Rebelliousness, laziness and fear lead us to fight against, avoid and run from what we know — or should know — we should do. This week’s reading, שְׁלַח Shelakh (“send,” Numbers 13–15), takes a deep dive into a pivotal moment where all three killers of Israel’s faith in the LORD and His messengers.
The common companion passage to Shelakh is Joshua 2, covering the infiltration of Caleb and Yoshua (Joshua) into Yericho (Jericho). God favored her trust in the LORD over the gods of Canaan by putting her in the genealogy of Mashiakh Yeshua (Jesus) and making her a high symbol of faith (Matt. 1:5; Heb. 11:31; James 2:25).
The following are recordings and notes from previous Hallel Fellowship studies from Numbers 13–15.
Numbers 12 shows us the consequences of Miriam and Aaron’s jealously of God’s special relationship with Moses. Since they could not openly complained about God’s special treatment of Moses, they struck out against Moses’s by attacking his Cushite wife.
Numbers 13 shows us the story of the first spies who went out into the land of Israel to scout out the land. God told Moses to call out one leader from each tribe to be the spies of the land.
Instead of facing their fears about the “giants” in the Land, the spies ancient Israel sent into Canaan after the long journey from captivity in Mitsraim (Egypt) cowered and backed away and encouraged most of the people to do likewise. They lost their prize when they refused to walk forward where God told them to walk.
The same is true today: We will lose out on many blessings if we don’t move forward when God tells us to. When the Israelites doubted God’s word and refused to enter the Land, He took the blessing away from the majority of that generation of forever. They never entered into the promise. But for Caleb and Joshua, the promise was delayed to them for 40 years. Joshua and Caleb paid a price for the cowardice and unbelief of their peers.
The shockwave of Israel’s shrinking back from entering Canaan under the LORD’s protection reverberated for the next 40 years of wandering and throughout time. It’s all about trusting God when the task seems too big and the means so meager. This faith in God’s apostles — shelakhim, or “sent ones” — is crucial to entering God’s rest.
Not only did the people believe the “evil” report, they actually wanted to stone the two spies who brought back the faithful report.
The “bad report” brought by the spies about the land God promised to give Israel was a dishonest report. Yet because the majority of the spies were willing to spread lies, the honest report of the two faithful spies was drowned out. The leaders of Israel believed the false report so completely that they were planning an insurrection to have Moses and Aaron stoned and then appoint a “leader” who would return them to Mitsraim (Egypt).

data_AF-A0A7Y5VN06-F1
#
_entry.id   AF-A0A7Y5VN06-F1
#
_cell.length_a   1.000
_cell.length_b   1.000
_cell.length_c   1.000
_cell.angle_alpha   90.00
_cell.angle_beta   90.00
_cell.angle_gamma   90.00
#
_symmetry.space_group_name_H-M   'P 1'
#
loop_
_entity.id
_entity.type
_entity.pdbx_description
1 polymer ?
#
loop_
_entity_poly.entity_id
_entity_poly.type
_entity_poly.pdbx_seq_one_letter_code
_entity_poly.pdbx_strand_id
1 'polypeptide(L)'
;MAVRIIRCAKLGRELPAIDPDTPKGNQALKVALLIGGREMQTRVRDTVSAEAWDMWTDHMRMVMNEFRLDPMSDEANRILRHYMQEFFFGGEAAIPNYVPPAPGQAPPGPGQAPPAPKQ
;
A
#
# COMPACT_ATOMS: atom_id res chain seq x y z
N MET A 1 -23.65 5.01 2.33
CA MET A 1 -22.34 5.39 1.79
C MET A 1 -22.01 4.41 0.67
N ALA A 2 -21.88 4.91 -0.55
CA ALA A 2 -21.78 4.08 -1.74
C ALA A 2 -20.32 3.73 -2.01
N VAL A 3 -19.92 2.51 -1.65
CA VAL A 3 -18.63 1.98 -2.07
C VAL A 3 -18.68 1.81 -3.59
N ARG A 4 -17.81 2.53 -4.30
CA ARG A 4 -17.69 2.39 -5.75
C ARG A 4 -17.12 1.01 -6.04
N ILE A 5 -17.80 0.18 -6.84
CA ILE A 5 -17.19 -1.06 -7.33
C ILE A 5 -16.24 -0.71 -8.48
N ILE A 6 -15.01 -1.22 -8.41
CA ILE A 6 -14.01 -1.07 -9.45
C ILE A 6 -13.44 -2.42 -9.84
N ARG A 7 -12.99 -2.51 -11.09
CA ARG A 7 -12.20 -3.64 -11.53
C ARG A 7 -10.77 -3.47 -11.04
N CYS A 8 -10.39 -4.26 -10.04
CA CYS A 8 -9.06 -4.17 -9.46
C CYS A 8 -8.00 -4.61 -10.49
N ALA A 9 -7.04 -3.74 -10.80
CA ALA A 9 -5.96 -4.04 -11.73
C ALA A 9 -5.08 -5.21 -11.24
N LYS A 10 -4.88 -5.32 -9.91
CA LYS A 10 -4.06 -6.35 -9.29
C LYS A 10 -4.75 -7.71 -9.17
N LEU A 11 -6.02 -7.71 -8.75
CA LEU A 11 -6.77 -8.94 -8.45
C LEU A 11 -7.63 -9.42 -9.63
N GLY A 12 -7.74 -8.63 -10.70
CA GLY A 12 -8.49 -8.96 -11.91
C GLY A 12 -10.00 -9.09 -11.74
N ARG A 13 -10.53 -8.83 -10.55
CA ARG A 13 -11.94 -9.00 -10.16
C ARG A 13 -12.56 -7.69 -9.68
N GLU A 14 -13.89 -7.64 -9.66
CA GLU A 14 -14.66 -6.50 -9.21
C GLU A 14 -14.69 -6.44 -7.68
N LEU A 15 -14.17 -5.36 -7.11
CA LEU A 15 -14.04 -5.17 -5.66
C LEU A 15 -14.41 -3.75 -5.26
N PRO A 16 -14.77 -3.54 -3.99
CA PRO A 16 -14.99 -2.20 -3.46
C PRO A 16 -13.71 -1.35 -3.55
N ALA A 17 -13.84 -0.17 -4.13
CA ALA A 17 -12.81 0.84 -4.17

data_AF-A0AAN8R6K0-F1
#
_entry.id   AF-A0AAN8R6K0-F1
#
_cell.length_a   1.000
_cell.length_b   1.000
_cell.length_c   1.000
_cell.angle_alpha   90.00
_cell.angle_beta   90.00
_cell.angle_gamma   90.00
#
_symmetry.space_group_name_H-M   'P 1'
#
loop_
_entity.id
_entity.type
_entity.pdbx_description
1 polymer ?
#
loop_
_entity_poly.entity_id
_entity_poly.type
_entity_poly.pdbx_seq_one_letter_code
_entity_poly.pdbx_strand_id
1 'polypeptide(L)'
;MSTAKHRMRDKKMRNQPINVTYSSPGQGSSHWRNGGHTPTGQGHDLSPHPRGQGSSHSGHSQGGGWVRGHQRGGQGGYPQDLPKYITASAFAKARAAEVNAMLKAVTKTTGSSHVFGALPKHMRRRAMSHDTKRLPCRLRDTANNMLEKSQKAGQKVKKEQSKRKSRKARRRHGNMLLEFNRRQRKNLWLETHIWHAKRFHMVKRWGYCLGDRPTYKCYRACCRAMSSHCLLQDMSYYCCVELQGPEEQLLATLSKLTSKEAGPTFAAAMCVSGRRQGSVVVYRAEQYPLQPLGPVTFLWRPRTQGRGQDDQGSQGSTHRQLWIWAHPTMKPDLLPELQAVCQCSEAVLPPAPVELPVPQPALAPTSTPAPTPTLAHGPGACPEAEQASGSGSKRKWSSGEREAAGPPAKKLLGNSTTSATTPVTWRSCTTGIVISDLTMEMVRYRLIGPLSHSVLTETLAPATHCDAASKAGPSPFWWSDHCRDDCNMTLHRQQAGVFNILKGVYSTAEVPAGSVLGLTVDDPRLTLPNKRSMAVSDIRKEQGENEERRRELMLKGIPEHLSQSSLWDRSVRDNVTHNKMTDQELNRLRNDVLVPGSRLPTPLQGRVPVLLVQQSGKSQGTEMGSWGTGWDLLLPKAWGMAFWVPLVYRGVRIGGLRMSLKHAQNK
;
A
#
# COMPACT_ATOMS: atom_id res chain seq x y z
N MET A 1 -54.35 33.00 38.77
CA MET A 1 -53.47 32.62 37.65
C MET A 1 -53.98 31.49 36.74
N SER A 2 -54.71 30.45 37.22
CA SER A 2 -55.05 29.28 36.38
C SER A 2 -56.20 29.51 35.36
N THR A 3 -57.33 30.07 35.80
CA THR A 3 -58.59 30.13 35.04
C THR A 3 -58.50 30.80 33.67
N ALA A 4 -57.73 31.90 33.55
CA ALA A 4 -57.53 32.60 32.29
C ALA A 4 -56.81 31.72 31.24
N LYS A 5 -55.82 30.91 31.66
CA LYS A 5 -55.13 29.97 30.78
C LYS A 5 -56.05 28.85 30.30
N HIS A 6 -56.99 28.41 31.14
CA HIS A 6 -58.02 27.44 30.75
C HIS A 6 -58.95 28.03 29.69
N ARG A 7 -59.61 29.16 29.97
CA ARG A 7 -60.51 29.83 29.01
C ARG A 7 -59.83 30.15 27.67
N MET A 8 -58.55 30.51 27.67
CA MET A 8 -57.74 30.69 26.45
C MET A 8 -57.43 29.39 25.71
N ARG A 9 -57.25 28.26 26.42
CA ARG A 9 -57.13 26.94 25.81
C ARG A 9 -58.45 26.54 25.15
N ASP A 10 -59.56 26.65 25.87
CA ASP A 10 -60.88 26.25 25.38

Numbers 14 is an example of democracy gone wrong. It also shows us God’s great patience with us in our lack of trust. We would not have tolerated the 10 times of grumbling that God tolerated from ancient Israel during the journey from Mitsraim. Yet He had to enact discipline too.
After the accounts of rebellion and fear in trusting God’s leading into Canaan (Numbers 13–14), there’s this passage talking about types of offerings, tying blue-corded fringes on clothes and setting aside a memorial portion of each loaf, called challah. These may seem like grab-bag topics, but they all are connecting to a life of faith.
There is a difference between sins done in ignorance vs. those done willfully. But there is no substantial difference between how the native Israelite and the sojourner are judged under God’s instructions and called to repent.
This section could be titled, “The Three Stories of Rebellion”: of a man collecting firewood on Shabbat, of Korah, of two families of the tribe of Reuben. God dealt with each rebellion in a different way. All imprinted in the minds of the people over and again God was the one in charge, and it was God’s prerogative to choose Moses and Aaron.
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